Sand dollars can be bleached white by simply using a common household bleach and fresh water. Placing them under the sun for a time will also help make the sand dollars whiter naturally.Know More
Sand dollars are a species of burrowing sea urchins that are rounded and very flat. Also known as sea cookies or snapper biscuits, these creatures are related to the star fish and sea cucumber.
The sand dollar takes its name from the discs of dead sand dollars that wash onto shores and are bleached white by the sun. The white circular discs usually measures between 1 and 4 inches in diameter. The rules of harvesting sand dollars may vary among beaches, but most beaches permit the collection of the sea urchin as long as it is already dead.
Here is a simple way of bleaching sand dollars.
Soak the sand dollars in a container with fresh water. The fresh water will soon become murky and may also smell. Pour out the dirty water and replace with fresh water. Repeat the process until the water stays clear.
Place the sand dollars in a solution with 2 cups of water and 1 cup of household bleach. Soak the sand dollars in the solution for a maximum of 15 minutes then rinse them thoroughly. It is important not to overdo this step as bleaching the sand dollars too much will make them brittle and crumbly.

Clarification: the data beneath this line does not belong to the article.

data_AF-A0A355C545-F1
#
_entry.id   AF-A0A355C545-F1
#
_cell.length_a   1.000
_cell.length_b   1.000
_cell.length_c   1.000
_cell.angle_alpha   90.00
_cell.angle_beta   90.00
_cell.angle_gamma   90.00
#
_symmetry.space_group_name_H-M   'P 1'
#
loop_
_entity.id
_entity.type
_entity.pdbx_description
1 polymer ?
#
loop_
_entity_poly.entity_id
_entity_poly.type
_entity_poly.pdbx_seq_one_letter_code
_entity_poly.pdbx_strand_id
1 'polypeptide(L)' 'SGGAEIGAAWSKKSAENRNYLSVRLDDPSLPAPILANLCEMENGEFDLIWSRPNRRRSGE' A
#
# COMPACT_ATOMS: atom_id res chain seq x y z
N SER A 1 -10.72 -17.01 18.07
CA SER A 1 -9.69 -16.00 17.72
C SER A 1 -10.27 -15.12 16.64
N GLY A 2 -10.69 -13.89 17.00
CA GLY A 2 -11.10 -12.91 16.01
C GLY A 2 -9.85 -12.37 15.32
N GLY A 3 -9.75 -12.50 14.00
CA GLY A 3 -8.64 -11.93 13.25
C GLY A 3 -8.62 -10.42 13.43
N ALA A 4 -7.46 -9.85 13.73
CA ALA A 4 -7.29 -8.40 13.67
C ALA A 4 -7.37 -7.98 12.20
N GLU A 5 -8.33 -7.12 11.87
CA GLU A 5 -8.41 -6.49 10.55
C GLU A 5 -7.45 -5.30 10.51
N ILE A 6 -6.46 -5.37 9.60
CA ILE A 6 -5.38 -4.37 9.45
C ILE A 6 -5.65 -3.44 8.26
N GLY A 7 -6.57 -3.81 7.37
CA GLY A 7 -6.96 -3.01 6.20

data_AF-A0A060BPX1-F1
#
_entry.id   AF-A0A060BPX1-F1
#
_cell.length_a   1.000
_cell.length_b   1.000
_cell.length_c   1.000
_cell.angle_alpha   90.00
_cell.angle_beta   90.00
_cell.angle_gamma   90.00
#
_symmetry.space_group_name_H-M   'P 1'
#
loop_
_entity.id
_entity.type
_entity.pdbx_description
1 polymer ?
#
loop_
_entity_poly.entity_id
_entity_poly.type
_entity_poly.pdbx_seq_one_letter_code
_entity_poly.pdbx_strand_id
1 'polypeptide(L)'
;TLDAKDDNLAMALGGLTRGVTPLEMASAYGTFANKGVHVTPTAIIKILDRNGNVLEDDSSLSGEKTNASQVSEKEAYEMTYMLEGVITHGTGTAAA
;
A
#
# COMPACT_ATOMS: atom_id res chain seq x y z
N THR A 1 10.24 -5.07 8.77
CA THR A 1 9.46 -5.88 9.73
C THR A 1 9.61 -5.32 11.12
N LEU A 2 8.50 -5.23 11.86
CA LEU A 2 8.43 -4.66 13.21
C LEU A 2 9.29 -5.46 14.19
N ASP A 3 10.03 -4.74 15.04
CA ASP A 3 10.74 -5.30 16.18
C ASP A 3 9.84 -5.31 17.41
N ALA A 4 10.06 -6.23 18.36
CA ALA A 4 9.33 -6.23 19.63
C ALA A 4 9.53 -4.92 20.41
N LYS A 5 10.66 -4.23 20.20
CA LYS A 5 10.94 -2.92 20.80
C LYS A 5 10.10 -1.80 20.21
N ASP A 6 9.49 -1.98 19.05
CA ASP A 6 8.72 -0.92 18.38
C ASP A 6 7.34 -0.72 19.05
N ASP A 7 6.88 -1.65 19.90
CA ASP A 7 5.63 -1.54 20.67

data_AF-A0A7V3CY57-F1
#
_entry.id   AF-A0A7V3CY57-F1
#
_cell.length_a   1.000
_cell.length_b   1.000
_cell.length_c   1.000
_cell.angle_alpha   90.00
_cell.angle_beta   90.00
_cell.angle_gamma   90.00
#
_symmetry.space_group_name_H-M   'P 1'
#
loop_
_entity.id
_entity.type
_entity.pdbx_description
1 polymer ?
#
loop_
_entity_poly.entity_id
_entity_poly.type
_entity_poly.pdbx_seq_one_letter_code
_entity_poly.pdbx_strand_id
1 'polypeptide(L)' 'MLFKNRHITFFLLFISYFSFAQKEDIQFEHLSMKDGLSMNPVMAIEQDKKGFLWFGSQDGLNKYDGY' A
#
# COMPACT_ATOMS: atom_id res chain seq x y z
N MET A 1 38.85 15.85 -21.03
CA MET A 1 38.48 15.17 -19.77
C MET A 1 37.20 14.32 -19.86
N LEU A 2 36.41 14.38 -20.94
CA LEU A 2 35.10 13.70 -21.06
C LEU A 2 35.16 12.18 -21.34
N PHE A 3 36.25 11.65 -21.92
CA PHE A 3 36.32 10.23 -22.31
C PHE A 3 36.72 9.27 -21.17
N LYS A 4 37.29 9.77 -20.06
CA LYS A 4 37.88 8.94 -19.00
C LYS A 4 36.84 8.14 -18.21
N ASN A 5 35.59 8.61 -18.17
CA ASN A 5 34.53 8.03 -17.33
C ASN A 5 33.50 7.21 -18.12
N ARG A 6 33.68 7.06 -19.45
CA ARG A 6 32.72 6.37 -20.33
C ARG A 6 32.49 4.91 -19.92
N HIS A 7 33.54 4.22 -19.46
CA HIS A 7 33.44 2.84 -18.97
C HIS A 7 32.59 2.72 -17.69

Soaking the sand dollars in the bleach solution strips off all of the organic matter attached to the shell, and the solution also makes them whiter. Placing the sand dollars in the sun can enhance the whitening effect.
Cleaning agents with acids should not be used on sand dollars because acids will easily dissolve the shells, which are made up of calcium carbonate. To preserve the sand dollar, acrylic paint, clear laquer, or a white glue and water solution can be used to coat it.Learn more about Crafting
Live sand dollars range in color from gray to purple to deep red, and one side of the body is lighter than the other. They vary in size and are flattened discs resembling sea urchins. Sand dollars lie flat when in the water and stand vertically when it comes time to eat.Full Answer >
The sand dollars found on beaches are the skeleton, or test, left behind by living sand dollars. Sand dollars live in the sands of shallow waters, where they burrow into the ground for food.Full Answer >
Sand dollars are the fused calcium-based shells of a type of sea urchin. These sea urchins are burrowers that feed on tiny organisms in ocean sediment. Their burrowing lifestyle means their spines must be very short, and their bodies are flattened and slightly elongated to enable them to move through sediment more easily.Full Answer >
Sand dollars eat tiny bits of organic material they find on the sea floor. Sand dollars are echinoderms, which means they have spines. They get the name "sand dollar" because their skeletons look like large coins when they wash up on the beach.Full Answer >